This is a continuation of the study of the book The Elements of Integration and Lebesgue Measure by Bartle, listing a few examples of functions that are measurable. Bartle is a very good author, he tries his very best to make this difficult subject accessible to undergraduates.
If X is the set R of real numbers, and X is the Borel algebra B, then any monotone function is Borel measurable.
Suppose that f is monotone increasing, i.e. implies .
Then, consists of a half-line which is either of the form or the form . (We will show later that both cases can occur.) Thus, the set will belong to the Borel algebra B which is the -algebra generated by all open intervals (a,b) in R.
Both cases can indeed occur. For example, if f(x)=x, then the set will be of the form . More interestingly, if the set is the step function , then when , the set will be .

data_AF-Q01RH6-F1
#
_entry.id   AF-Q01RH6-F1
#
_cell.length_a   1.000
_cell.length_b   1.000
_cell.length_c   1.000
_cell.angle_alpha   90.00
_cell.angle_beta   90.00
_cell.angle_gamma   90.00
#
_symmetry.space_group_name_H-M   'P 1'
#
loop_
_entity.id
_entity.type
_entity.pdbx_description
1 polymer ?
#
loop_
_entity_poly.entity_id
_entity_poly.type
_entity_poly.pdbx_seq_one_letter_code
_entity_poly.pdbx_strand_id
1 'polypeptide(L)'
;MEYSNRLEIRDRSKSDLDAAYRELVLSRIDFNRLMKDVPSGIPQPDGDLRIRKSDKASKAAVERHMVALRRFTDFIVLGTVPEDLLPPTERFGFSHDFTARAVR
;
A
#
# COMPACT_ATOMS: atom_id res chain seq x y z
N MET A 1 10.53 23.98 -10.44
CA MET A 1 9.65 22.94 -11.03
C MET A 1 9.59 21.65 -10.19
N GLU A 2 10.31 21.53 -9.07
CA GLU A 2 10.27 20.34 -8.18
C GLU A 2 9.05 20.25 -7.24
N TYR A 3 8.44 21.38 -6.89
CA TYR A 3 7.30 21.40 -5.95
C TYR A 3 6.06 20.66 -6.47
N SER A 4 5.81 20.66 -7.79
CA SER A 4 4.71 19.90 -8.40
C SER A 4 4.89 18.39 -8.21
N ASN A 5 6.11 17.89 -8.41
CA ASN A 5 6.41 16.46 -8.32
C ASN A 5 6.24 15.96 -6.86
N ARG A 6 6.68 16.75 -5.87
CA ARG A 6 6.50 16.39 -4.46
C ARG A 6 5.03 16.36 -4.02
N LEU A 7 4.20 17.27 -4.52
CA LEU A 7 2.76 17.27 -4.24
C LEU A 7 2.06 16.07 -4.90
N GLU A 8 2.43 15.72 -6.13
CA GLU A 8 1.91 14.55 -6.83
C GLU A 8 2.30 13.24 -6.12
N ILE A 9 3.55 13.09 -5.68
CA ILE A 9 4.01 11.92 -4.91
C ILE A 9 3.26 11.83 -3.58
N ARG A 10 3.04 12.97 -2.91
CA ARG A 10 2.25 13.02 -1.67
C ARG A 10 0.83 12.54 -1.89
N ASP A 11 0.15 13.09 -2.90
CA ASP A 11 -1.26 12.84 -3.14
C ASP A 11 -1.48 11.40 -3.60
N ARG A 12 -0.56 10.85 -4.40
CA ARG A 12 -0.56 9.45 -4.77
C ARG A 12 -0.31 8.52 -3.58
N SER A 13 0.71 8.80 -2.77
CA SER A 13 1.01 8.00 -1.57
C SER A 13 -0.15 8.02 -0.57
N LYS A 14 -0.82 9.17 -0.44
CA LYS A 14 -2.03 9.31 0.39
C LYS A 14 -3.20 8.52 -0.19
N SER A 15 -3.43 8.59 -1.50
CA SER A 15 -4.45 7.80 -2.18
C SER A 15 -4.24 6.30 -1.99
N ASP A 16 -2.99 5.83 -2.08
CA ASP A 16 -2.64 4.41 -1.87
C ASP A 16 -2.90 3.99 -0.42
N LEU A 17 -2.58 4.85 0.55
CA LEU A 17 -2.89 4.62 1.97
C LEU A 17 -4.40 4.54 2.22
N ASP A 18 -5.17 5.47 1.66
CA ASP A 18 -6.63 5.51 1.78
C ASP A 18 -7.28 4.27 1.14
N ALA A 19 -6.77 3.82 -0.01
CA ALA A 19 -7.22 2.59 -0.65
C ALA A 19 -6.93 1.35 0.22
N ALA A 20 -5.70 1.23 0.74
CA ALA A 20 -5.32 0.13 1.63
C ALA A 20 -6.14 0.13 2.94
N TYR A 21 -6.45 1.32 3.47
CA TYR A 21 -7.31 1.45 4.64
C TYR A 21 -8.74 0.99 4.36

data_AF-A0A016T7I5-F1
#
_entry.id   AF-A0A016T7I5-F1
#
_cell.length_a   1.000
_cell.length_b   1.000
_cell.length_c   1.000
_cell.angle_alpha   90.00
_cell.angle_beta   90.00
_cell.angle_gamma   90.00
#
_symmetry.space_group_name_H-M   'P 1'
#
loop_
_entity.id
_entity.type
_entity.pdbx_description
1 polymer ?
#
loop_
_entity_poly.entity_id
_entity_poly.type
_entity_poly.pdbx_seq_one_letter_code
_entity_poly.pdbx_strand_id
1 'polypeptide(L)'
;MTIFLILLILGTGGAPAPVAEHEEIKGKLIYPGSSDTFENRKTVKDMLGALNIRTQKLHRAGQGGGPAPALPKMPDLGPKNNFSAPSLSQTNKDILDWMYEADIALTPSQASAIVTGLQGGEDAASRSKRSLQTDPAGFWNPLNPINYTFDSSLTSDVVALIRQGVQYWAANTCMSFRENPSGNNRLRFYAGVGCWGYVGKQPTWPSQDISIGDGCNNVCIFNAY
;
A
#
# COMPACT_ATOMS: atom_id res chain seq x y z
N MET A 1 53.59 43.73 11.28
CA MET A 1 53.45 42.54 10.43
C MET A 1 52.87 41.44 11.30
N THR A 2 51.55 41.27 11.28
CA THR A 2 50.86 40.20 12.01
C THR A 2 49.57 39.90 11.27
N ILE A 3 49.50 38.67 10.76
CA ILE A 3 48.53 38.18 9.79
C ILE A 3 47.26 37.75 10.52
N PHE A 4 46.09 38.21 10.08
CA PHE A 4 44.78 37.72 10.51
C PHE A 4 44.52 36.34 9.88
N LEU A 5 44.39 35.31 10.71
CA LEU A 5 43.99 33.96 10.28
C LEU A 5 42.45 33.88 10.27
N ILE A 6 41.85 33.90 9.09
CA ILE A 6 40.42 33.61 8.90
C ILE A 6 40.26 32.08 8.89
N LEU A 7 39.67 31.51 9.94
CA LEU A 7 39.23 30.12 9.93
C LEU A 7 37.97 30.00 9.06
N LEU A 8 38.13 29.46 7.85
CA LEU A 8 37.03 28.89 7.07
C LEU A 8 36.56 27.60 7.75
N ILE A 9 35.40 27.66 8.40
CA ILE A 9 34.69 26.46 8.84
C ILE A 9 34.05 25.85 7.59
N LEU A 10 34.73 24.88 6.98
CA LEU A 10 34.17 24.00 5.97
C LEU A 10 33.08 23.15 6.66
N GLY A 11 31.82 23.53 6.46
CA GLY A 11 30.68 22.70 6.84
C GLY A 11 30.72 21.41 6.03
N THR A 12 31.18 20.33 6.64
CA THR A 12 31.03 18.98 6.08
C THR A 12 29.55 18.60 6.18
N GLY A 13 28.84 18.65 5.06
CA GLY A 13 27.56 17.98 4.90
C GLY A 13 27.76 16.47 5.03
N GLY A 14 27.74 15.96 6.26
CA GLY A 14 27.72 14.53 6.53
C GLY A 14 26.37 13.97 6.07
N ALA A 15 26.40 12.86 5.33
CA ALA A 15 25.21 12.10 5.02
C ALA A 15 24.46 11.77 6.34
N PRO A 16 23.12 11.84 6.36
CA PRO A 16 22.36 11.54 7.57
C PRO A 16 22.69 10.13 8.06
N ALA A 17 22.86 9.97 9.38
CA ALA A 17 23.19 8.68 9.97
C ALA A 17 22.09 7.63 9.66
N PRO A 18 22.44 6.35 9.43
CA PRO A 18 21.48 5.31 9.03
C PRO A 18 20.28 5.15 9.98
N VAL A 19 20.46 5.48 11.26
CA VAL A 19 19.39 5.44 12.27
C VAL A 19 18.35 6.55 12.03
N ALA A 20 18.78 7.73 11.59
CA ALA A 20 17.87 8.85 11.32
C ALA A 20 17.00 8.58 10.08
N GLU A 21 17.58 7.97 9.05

Lemma: An extended real-valued function f is measurable if and only if the sets , belong to X and the real-valued function defined by is measurable.
This lemma is often useful when dealing with extended real-valued functions.
Proof: If f is in M(X,X), it is proven earlier in the book by Bartle that A and B belong to X. Let and , then we have that which is in X since it is the complement of the union of A and .
If , then , which is a union of two sets in X and hence also in X.
Hence, is measurable.
Conversely, if and is measurable, then when , and when , due to a similar reason as above. Therefore f is measurable!